Look Around You
Esther Jackson is the Public Services Librarian at NYBG’s LuEsther T. Mertz Library where she manages Reference and Circulation services and oversees the Plant Information Office. She spends much of her time assisting researchers, providing instruction related to library resources, and collaborating with NYBG staff on various projects related to Garden initiatives and events.
These three books from the Mertz Library help readers discover new details about the world around them. From gaining a new perspective on a garden plant to delving into the world of microorganisms, two authors help readers to experience the natural world in new and interesting ways.
Discoveries in the Garden (2018) by James Nardi is a simple and accessible introduction to botany using a garden as the catalyst for topics related to plant structure and physiology. Nardi, a skilled natural illustrator, Research Scientist in the Department of Entomology at the University of Illinois at Urbana-Champaign, and author of the acclaimed Life in the Soil: A Guide for Naturalists and Gardeners (2007), writes in a clear manner that is appropriate for readers new to the topic of botany. Discoveries in the Garden is at times reminiscent of Brian Capon’s Botany for Gardeners, although it contains more figures and is a bit more simplified in sections. It offers a great compliment to Botany for Gardeners by way of its figures, making it appropriate for students as well as teachers who are doing lesson-planning related to introductory botany. In general, Discoveries in the Garden is a nice addition to the literature of books that are beginner-friendly and well-designed. It is appropriate for adult learners and well as more advanced young readers.
For readers who have not yet had the chance to enjoy Nardi’s Life in the Soil: A Guide for Naturalists and Gardeners, this is a book that is well-worth a look. Especially interesting for budding naturalists and gardeners who are interested in learning more about the “community of creatures living in the dirt,” Life in the Soil is replete with phenomenal illustrations and fascinating details about the organisms and relationships contained in and on soil. For readers (such as the author of this book review), who suffer from “animal blindness,” i.e., being so obsessed with looking at plants, that animals are ignored, Life in the Soil offers some lovely introductions to life outside of the Plant Kingdom that all nature-enthusiasts can enjoy. It’s a nice book to buy for oneself, and would also make a very nice gift for a child or adult who is keen to learn more about nature.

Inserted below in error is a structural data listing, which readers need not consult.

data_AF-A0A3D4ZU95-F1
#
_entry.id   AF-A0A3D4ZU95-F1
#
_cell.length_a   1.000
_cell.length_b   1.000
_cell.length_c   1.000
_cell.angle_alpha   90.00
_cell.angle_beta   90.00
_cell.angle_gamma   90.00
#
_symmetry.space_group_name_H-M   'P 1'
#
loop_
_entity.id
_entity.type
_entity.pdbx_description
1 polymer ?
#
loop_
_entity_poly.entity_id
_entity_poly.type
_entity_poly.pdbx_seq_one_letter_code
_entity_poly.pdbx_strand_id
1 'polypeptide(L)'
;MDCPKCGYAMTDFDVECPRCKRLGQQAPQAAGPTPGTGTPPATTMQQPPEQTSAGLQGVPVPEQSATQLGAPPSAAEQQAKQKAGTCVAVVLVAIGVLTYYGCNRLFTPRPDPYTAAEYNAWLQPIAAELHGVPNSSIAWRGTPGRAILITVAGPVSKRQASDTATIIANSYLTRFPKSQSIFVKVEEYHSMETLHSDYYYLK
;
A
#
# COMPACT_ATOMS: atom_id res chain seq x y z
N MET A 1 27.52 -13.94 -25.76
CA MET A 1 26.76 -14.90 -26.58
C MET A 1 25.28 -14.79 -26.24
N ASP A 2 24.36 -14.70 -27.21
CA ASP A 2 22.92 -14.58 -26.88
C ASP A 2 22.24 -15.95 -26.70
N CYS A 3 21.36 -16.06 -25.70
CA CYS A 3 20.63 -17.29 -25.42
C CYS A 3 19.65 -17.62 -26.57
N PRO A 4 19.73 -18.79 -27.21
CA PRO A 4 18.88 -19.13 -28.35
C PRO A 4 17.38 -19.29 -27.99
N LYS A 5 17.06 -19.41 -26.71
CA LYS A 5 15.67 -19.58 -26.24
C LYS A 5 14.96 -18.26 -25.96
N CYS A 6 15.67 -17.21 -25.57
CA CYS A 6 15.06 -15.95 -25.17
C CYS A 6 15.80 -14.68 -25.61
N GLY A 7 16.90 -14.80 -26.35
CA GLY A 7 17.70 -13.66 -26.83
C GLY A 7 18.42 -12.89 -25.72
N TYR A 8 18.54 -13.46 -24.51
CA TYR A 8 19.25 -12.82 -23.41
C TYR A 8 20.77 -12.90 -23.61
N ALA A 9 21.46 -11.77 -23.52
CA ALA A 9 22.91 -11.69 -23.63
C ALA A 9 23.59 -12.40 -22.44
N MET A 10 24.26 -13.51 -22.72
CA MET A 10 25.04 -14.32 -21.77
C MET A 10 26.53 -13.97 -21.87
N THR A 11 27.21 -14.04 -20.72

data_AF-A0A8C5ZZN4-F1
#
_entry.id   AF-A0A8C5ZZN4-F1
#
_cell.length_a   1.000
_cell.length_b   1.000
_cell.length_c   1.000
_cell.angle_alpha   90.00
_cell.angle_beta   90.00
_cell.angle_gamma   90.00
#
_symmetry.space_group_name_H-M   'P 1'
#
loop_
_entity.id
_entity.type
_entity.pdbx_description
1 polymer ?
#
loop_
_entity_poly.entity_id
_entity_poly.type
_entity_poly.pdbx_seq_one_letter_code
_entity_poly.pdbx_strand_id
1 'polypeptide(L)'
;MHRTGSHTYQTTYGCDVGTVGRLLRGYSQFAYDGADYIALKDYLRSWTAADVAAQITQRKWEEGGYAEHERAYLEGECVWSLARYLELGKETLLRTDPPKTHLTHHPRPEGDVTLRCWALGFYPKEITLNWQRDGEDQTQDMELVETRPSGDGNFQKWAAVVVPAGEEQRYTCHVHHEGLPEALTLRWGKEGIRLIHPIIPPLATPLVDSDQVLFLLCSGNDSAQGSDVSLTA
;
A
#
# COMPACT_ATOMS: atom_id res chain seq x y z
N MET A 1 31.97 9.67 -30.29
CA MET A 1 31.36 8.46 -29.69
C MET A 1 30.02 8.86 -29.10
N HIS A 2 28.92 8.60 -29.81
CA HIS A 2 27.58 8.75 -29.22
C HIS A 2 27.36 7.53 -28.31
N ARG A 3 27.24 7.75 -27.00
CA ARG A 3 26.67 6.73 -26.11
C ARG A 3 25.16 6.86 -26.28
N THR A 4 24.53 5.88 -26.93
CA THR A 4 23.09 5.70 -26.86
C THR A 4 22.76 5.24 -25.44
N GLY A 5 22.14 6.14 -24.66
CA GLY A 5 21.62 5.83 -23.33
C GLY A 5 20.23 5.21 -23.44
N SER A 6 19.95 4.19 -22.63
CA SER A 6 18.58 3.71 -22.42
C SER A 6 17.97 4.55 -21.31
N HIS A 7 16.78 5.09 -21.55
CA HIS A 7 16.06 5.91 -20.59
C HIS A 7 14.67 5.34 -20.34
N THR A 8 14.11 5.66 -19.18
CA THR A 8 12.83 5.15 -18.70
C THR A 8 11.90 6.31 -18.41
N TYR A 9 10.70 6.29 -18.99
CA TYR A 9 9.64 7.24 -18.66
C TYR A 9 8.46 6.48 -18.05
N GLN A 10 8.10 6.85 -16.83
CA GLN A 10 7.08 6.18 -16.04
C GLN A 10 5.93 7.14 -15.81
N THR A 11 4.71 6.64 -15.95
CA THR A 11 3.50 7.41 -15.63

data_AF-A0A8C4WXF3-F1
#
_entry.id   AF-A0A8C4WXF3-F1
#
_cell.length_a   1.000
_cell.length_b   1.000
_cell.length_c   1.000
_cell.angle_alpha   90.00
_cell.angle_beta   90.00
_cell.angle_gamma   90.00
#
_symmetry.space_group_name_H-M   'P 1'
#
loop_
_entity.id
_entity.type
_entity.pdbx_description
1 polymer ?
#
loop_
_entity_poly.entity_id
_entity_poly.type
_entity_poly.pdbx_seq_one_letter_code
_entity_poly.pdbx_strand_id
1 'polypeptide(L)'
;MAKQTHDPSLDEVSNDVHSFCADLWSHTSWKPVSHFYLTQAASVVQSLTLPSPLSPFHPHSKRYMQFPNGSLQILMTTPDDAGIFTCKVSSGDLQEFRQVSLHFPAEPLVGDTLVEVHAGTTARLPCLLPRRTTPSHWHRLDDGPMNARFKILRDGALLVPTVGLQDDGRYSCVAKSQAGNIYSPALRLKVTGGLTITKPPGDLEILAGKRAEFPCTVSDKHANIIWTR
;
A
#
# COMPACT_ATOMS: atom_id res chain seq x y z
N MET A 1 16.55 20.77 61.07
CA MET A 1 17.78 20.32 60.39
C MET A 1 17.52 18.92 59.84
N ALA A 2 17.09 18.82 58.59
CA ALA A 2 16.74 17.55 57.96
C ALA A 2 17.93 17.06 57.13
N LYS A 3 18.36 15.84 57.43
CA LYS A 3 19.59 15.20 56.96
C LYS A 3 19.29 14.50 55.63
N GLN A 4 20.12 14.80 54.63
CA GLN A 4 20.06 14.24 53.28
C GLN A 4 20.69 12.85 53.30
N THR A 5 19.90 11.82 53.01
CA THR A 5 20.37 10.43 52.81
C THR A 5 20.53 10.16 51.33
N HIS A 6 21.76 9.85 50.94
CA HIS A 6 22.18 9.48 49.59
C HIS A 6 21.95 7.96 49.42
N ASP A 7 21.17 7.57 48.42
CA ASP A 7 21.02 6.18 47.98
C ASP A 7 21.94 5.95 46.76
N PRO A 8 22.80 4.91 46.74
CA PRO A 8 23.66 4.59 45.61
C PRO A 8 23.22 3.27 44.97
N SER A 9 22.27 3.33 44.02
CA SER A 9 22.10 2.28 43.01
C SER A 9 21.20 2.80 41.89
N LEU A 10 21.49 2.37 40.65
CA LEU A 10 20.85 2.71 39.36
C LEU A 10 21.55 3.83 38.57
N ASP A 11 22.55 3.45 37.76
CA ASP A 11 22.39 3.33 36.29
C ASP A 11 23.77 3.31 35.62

Keeping in the theme of “life forms other than plants,” Microbia: A Journey Into the Unseen World Around You (2018) is a new memoir by Eugenia Bone, author of Mycophilia (2011). Bone, a food and popular science writer, was also the President of the New York Mycological Society at the time of Microbia’s writing. Bone’s Mycophilia was a very charming book, and Microbia, while very well-written, doesn’t quite capture that charm. A telling of Bone’s return to secondary education to study science at the age of 55, the book will resound in many ways with others who have pursued higher education after being outside of the academy for any length of time. As the title suggests, the work also includes popular science writing about microorganisms; the passages are written with care and detail, and are easy and enjoyable to consume.